Review: Lessons from the Fat-o-sphere

Lessons from the Fat-o-sphere: Quit Dieting and Declare a Truce with Your BodyLessons from the Fat-o-sphere
by Kate Harding

My rating: 5 of 5 stars

Lessons from the Fat-O-Sphere / 0-399-53497-0

A perfect introduction to fat acceptance (FA) in particular and self acceptance in general, this book is a wonderful read for beginners and veterans alike. The writing is witty, direct, and insightful; never do you feel that the authors are being less than honest with you or that they are blowing smoke in your direction. The incisive writing is seasoned with a deep empathy for the reader - Kate Harding and Marianne Kirby speak to the reader like a tough-but-fair friend, able to bring reassurance and understanding without condescension and pity; exhortations and encouragement without being insensitive or cruel.

"Lessons" contains a little bit of everything: useful scientific data that even the veterans of FA may not have memorized (and so easy to whip out in paperback form to show the family!), tender and insightful dating advice, and practical exhortations (and blessings!) to live and enjoy life now, as you are. Excerpts from guest bloggers are included and are always up to the high writing standards of the authors: an African-American blogger gently points out the dangers of assuming that other cultures are more accepting than yours (and especially the downfalls of making those assumptions based on a small sample data of popular music and movies); a Fashionista blogger points out the silent despair behind the "buy clothes you can't wear as motivation" phenomenon; another blogger rips apart the serious and unacceptable dangers of fat-hating within the medical community and what harm and be wrought by doctors who tell patients they have no right to proper health care until they pass an arbitrary weight limit.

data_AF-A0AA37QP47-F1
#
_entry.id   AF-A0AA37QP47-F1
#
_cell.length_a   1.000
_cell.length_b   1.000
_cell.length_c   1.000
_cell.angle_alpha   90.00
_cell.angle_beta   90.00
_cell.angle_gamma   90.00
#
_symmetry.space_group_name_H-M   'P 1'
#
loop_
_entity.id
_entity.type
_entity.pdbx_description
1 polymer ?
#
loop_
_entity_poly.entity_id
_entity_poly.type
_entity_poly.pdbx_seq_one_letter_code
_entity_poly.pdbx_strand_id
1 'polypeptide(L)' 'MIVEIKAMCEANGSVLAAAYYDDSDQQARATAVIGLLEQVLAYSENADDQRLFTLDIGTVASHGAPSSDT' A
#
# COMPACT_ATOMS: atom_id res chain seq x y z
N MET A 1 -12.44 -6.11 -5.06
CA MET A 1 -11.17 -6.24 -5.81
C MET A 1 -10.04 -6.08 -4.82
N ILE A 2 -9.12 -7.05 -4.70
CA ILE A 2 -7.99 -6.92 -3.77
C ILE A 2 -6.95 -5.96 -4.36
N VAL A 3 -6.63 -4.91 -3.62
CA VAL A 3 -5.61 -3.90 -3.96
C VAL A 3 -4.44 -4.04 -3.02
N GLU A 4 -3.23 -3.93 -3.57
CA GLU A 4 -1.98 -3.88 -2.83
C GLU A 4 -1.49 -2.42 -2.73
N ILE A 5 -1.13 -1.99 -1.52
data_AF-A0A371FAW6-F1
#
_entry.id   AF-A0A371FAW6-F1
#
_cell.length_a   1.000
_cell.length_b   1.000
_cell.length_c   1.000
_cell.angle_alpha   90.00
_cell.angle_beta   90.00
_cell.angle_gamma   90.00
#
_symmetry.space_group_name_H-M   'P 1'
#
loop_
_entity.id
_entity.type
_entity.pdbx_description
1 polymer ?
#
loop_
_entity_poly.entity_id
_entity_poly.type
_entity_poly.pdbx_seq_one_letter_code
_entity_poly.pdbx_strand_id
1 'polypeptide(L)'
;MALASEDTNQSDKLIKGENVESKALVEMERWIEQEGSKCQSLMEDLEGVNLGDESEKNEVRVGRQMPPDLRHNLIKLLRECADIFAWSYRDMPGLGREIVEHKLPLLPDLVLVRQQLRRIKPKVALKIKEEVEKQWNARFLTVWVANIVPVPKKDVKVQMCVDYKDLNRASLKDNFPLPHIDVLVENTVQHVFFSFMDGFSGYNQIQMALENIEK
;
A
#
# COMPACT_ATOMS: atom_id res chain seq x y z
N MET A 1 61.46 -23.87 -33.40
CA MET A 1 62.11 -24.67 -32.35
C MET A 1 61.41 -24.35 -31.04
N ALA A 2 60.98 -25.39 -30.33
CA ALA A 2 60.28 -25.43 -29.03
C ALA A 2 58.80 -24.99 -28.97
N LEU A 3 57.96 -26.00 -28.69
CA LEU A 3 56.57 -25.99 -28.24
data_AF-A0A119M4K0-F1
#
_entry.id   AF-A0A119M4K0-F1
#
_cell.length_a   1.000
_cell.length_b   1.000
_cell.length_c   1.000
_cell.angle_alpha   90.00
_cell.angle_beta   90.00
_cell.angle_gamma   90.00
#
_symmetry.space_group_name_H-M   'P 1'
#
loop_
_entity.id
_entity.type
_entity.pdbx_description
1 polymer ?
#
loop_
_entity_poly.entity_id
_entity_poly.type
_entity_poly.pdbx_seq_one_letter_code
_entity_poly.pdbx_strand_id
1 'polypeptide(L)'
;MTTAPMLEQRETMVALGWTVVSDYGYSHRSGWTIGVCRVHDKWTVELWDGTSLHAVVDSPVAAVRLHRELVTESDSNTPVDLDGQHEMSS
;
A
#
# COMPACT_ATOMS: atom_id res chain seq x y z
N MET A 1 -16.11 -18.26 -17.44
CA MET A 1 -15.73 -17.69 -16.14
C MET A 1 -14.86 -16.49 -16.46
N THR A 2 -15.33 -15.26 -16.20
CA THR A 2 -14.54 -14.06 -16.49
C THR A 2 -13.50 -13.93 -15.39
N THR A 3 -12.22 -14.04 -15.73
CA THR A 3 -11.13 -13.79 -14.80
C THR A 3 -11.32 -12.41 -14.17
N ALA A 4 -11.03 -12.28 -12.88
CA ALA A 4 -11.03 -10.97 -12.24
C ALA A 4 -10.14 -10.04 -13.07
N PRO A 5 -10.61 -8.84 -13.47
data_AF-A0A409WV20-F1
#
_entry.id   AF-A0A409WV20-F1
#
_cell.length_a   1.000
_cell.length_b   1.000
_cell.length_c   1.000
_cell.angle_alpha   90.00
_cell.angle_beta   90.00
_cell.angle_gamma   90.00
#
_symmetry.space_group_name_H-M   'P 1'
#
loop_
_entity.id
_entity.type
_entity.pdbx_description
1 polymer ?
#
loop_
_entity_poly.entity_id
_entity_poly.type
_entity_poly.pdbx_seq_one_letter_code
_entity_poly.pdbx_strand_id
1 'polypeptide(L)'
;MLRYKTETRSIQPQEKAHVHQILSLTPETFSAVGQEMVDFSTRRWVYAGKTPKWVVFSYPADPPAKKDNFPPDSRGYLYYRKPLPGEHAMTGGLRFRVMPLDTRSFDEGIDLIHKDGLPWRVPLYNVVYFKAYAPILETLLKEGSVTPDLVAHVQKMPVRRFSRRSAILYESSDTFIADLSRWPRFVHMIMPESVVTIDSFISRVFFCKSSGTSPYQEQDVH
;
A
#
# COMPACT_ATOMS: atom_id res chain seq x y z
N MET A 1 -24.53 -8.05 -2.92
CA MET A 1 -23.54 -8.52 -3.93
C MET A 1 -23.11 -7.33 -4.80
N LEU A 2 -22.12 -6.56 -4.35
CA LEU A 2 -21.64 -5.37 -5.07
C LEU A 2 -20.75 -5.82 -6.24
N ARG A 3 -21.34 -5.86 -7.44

More than anything, "Lessons" is worth having, reading, and keeping because of the much-needed and strong feelings of camaraderie and acceptance that it provides. "You are not alone," the book assures readers, "and you are not a morally bad person simply because of your genetic makeup." Embracing fully the purest principles of self-acceptance, the authors never make the mistake of falling into different types of hate - instead they strongly exclaim the importance of gender-acceptance, race-acceptance, body-acceptance, and even fashion-acceptance. You cannot, they insist, truly love yourself if you are constantly judging others based on their hair, clothes, body shape, or anything else, as though those aspects of their physical person yield some kind of insight on their overall worth as a person. And, for that message alone, these "Lessons" are for everyone - no matter how fat or thin the reader may be.

~ Ana Mardoll

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